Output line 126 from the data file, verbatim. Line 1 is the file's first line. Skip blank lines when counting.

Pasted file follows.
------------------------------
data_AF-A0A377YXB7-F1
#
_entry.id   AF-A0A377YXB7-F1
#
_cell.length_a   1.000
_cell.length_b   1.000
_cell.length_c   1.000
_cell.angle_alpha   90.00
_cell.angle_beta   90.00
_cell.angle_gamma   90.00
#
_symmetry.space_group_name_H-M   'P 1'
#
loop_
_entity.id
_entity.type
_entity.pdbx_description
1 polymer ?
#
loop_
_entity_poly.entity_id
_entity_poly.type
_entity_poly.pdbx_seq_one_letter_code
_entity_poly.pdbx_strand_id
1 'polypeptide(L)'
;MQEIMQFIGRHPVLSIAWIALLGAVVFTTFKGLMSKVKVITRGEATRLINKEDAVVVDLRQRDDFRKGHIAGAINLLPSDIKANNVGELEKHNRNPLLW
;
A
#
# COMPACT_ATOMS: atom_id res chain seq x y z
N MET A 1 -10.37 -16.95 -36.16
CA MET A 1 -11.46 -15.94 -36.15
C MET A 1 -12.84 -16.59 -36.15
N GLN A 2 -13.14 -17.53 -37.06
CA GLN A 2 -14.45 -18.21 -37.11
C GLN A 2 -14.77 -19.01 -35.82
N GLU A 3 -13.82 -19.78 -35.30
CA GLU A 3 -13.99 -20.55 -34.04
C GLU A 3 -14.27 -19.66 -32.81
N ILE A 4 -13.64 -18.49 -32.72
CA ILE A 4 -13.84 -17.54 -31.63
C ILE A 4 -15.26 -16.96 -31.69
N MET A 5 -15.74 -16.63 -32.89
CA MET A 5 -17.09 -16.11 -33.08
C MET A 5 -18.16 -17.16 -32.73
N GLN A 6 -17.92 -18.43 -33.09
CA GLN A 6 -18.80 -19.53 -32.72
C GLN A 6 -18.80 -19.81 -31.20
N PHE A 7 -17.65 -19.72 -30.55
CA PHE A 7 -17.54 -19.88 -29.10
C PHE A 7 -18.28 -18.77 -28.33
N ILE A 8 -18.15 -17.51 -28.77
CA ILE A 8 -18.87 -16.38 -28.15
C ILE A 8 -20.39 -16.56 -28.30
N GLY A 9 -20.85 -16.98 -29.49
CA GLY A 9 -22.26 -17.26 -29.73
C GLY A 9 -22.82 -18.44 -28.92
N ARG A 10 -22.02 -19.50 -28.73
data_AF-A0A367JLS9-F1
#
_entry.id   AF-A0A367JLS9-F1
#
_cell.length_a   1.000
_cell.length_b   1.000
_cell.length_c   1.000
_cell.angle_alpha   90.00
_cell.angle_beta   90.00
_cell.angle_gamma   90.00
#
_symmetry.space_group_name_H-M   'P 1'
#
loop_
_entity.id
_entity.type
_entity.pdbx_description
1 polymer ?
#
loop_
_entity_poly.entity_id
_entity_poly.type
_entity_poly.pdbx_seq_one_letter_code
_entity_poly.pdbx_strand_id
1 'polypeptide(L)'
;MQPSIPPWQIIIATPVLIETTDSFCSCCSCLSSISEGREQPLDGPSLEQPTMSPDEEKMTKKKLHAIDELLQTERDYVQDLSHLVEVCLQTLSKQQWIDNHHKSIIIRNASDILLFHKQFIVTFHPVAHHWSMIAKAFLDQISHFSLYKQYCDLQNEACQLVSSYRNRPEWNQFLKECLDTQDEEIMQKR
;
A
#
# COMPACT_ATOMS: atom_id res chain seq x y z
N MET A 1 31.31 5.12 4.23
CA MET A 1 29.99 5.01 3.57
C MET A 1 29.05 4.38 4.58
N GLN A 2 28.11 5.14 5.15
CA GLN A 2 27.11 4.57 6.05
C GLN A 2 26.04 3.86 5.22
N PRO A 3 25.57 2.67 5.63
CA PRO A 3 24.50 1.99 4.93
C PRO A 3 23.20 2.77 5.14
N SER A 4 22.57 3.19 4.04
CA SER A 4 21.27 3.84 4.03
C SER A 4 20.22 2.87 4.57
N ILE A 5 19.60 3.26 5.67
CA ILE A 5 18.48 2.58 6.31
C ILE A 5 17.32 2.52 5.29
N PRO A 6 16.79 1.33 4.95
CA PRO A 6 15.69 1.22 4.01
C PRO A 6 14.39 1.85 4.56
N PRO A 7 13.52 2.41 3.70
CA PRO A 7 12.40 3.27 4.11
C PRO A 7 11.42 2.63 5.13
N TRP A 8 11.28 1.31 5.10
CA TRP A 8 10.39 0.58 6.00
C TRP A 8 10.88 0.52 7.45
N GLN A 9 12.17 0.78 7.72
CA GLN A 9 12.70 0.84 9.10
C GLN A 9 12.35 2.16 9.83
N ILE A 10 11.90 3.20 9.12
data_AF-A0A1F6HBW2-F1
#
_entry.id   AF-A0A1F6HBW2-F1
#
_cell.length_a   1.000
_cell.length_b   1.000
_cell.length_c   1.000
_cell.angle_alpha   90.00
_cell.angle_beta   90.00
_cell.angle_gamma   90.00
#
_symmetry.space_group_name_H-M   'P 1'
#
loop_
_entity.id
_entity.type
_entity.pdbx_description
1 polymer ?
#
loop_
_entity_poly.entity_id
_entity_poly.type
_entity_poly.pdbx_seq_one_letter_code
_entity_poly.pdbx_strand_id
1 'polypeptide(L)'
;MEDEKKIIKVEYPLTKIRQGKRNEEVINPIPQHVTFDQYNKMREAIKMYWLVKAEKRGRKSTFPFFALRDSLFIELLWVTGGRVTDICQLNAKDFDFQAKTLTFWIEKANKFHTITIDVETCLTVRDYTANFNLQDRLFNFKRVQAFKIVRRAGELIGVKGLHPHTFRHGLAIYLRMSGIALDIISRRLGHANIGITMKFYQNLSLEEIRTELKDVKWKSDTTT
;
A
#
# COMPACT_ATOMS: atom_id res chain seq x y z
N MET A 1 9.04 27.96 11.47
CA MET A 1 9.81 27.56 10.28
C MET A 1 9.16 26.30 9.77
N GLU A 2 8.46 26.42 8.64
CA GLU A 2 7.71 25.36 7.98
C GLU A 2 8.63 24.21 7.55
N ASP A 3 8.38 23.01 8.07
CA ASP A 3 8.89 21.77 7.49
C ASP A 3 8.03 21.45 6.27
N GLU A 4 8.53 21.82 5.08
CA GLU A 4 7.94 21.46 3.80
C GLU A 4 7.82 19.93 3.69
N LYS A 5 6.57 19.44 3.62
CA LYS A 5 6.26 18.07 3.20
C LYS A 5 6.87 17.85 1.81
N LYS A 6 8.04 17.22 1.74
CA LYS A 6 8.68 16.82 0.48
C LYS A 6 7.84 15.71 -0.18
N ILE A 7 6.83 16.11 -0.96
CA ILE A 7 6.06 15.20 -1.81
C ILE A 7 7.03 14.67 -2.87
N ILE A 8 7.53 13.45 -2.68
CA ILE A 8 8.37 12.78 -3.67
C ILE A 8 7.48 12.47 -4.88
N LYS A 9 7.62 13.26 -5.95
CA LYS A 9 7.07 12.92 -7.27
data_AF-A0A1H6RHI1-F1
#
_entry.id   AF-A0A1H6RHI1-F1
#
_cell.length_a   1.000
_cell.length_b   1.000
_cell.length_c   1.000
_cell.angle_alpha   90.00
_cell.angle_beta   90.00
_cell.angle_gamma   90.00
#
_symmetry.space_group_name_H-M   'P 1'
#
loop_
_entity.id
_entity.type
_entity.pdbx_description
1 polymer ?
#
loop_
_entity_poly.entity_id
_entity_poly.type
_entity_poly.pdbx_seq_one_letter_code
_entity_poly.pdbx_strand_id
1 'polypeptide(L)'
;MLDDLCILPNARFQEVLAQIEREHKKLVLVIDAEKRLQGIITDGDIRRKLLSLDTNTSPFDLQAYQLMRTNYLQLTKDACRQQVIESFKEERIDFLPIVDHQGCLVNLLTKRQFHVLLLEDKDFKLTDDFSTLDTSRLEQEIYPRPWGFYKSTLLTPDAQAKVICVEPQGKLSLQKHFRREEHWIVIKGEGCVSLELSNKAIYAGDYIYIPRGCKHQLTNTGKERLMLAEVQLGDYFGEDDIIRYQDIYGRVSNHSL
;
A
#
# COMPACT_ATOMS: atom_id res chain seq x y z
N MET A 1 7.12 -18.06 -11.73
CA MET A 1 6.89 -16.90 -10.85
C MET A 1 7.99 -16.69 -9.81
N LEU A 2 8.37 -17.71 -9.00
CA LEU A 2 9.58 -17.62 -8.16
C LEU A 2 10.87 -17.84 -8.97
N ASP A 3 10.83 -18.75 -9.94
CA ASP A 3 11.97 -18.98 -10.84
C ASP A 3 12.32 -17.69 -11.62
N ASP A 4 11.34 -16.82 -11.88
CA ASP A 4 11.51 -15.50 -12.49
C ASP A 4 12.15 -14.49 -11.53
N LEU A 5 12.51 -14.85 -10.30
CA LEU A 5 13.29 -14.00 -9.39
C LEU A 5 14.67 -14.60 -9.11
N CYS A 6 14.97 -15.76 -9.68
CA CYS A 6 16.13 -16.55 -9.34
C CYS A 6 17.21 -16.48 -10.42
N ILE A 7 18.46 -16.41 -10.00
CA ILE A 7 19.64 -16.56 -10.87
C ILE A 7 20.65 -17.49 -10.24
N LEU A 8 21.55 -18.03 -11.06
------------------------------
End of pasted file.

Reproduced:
_cell.angle_gamma   90.00